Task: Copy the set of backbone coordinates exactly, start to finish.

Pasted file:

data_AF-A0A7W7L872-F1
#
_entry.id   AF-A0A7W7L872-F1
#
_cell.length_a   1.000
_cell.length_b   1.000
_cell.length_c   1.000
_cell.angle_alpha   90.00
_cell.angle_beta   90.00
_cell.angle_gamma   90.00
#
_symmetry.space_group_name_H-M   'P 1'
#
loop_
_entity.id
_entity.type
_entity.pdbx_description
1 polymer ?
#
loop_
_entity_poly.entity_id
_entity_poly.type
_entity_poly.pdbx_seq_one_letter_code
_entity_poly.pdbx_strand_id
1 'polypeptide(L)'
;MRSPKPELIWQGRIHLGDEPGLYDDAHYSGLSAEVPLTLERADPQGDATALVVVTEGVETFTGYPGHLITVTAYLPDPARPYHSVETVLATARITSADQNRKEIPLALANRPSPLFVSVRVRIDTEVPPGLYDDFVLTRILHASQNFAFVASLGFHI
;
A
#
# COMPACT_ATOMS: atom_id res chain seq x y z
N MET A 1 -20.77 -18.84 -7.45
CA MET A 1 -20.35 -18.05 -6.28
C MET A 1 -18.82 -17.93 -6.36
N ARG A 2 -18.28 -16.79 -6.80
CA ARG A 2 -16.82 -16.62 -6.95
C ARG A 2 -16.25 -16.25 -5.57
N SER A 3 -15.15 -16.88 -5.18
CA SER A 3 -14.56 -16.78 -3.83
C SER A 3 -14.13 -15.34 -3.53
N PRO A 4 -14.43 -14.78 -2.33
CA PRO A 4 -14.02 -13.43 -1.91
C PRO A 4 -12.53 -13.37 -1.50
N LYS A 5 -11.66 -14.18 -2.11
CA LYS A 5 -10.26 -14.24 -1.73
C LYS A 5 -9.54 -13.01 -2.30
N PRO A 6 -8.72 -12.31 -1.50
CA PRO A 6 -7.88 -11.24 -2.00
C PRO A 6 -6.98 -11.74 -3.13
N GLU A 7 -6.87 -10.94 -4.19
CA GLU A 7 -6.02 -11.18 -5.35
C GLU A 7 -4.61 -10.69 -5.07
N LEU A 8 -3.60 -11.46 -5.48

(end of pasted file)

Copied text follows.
data_AF-A0A7W7L872-F1
#
_entry.id   AF-A0A7W7L872-F1
#
_cell.length_a   1.000
_cell.length_b   1.000
_cell.length_c   1.000
_cell.angle_alpha   90.00
_cell.angle_beta   90.00
_cell.angle_gamma   90.00
#
_symmetry.space_group_name_H-M   'P 1'
#
loop_
_entity.id
_entity.type
_entity.pdbx_description
1 polymer ?
#
loop_
_entity_poly.entity_id
_entity_poly.type
_entity_poly.pdbx_seq_one_letter_code
_entity_poly.pdbx_strand_id
1 'polypeptide(L)'
;MRSPKPELIWQGRIHLGDEPGLYDDAHYSGLSAEVPLTLERADPQGDATALVVVTEGVETFTGYPGHLITVTAYLPDPARPYHSVETVLATARITSADQNRKEIPLALANRPSPLFVSVRVRIDTEVPPGLYDDFVLTRILHASQNFAFVASLGFHI
;
A
#
# COMPACT_ATOMS: atom_id res chain seq x y z
N MET A 1 -20.77 -18.84 -7.45
CA MET A 1 -20.35 -18.05 -6.28
C MET A 1 -18.82 -17.93 -6.36
N ARG A 2 -18.28 -16.79 -6.80
CA ARG A 2 -16.82 -16.62 -6.95
C ARG A 2 -16.25 -16.25 -5.57
N SER A 3 -15.15 -16.88 -5.18
CA SER A 3 -14.56 -16.78 -3.83
C SER A 3 -14.13 -15.34 -3.53
N PRO A 4 -14.43 -14.78 -2.33
CA PRO A 4 -14.02 -13.43 -1.91
C PRO A 4 -12.53 -13.37 -1.50
N LYS A 5 -11.66 -14.18 -2.11
CA LYS A 5 -10.26 -14.24 -1.73
C LYS A 5 -9.54 -13.01 -2.30
N PRO A 6 -8.72 -12.31 -1.50
CA PRO A 6 -7.88 -11.24 -2.00
C PRO A 6 -6.98 -11.74 -3.13
N GLU A 7 -6.87 -10.94 -4.19
CA GLU A 7 -6.02 -11.18 -5.35
C GLU A 7 -4.61 -10.69 -5.07
N LEU A 8 -3.60 -11.46 -5.48